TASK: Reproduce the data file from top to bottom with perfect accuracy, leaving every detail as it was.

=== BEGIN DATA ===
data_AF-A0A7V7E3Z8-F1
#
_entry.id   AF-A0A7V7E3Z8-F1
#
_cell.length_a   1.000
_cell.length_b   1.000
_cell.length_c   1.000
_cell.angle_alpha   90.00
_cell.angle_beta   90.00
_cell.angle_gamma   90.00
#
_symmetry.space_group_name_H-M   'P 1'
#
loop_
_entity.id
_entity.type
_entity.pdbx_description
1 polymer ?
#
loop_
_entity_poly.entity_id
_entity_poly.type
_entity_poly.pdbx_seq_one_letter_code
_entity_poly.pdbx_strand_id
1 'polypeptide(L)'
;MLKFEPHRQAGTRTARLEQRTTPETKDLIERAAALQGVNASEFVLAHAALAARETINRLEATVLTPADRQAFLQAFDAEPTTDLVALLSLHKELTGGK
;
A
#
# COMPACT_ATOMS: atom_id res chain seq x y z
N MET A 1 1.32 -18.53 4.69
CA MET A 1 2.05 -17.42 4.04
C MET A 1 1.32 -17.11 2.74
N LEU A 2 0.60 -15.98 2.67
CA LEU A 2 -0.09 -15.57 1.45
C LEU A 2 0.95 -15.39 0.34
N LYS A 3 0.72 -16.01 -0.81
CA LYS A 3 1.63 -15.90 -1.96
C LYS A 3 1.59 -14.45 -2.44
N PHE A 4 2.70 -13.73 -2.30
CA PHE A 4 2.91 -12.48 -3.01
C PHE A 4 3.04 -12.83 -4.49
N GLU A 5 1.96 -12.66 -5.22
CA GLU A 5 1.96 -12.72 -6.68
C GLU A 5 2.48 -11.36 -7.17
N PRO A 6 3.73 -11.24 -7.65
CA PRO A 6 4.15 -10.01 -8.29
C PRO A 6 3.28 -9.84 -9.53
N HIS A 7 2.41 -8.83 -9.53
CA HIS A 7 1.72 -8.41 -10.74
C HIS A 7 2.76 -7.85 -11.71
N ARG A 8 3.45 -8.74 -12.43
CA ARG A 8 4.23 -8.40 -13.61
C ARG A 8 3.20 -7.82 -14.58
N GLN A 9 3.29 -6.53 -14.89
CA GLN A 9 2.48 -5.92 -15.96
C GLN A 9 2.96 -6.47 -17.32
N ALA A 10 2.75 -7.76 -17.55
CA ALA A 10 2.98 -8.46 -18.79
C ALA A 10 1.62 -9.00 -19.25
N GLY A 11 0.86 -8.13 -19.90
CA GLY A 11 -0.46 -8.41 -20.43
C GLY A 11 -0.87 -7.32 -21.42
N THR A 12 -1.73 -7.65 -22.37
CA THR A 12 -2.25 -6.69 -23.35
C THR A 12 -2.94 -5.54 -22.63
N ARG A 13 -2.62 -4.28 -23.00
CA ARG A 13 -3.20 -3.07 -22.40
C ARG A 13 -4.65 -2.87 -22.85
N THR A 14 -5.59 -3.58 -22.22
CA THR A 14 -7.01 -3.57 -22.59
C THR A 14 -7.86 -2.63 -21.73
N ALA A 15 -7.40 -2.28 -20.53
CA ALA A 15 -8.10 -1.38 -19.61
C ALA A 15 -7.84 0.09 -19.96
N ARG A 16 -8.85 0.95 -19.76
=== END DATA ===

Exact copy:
data_AF-A0A7V7E3Z8-F1
#
_entry.id   AF-A0A7V7E3Z8-F1
#
_cell.length_a   1.000
_cell.length_b   1.000
_cell.length_c   1.000
_cell.angle_alpha   90.00
_cell.angle_beta   90.00
_cell.angle_gamma   90.00
#
_symmetry.space_group_name_H-M   'P 1'
#
loop_
_entity.id
_entity.type
_entity.pdbx_description
1 polymer ?
#
loop_
_entity_poly.entity_id
_entity_poly.type
_entity_poly.pdbx_seq_one_letter_code
_entity_poly.pdbx_strand_id
1 'polypeptide(L)'
;MLKFEPHRQAGTRTARLEQRTTPETKDLIERAAALQGVNASEFVLAHAALAARETINRLEATVLTPADRQAFLQAFDAEPTTDLVALLSLHKELTGGK
;
A
#
# COMPACT_ATOMS: atom_id res chain seq x y z
N MET A 1 1.32 -18.53 4.69
CA MET A 1 2.05 -17.42 4.04
C MET A 1 1.32 -17.11 2.74
N LEU A 2 0.60 -15.98 2.67
CA LEU A 2 -0.09 -15.57 1.45
C LEU A 2 0.95 -15.39 0.34
N LYS A 3 0.72 -16.01 -0.81
CA LYS A 3 1.63 -15.90 -1.96
C LYS A 3 1.59 -14.45 -2.44
N PHE A 4 2.70 -13.73 -2.30
CA PHE A 4 2.91 -12.48 -3.01
C PHE A 4 3.04 -12.83 -4.49
N GLU A 5 1.96 -12.66 -5.22
CA GLU A 5 1.96 -12.72 -6.68
C GLU A 5 2.48 -11.36 -7.17
N PRO A 6 3.73 -11.24 -7.65
CA PRO A 6 4.15 -10.01 -8.29
C PRO A 6 3.28 -9.84 -9.53
N HIS A 7 2.41 -8.83 -9.53
CA HIS A 7 1.72 -8.41 -10.74
C HIS A 7 2.76 -7.85 -11.71
N ARG A 8 3.45 -8.74 -12.43
CA ARG A 8 4.23 -8.40 -13.61
C ARG A 8 3.20 -7.82 -14.58
N GLN A 9 3.29 -6.53 -14.89
CA GLN A 9 2.48 -5.92 -15.96
C GLN A 9 2.96 -6.47 -17.32
N ALA A 10 2.75 -7.76 -17.55
CA ALA A 10 2.98 -8.46 -18.79
C ALA A 10 1.62 -9.00 -19.25
N GLY A 11 0.86 -8.13 -19.90
CA GLY A 11 -0.46 -8.41 -20.43
C GLY A 11 -0.87 -7.32 -21.42
N THR A 12 -1.73 -7.65 -22.37
CA THR A 12 -2.25 -6.69 -23.35
C THR A 12 -2.94 -5.54 -22.63
N ARG A 13 -2.62 -4.28 -23.00
CA ARG A 13 -3.20 -3.07 -22.40
C ARG A 13 -4.65 -2.87 -22.85
N THR A 14 -5.59 -3.58 -22.22
CA THR A 14 -7.01 -3.57 -22.59
C THR A 14 -7.86 -2.63 -21.73
N ALA A 15 -7.40 -2.28 -20.53
CA ALA A 15 -8.10 -1.38 -19.61
C ALA A 15 -7.84 0.09 -19.96
N ARG A 16 -8.85 0.95 -19.76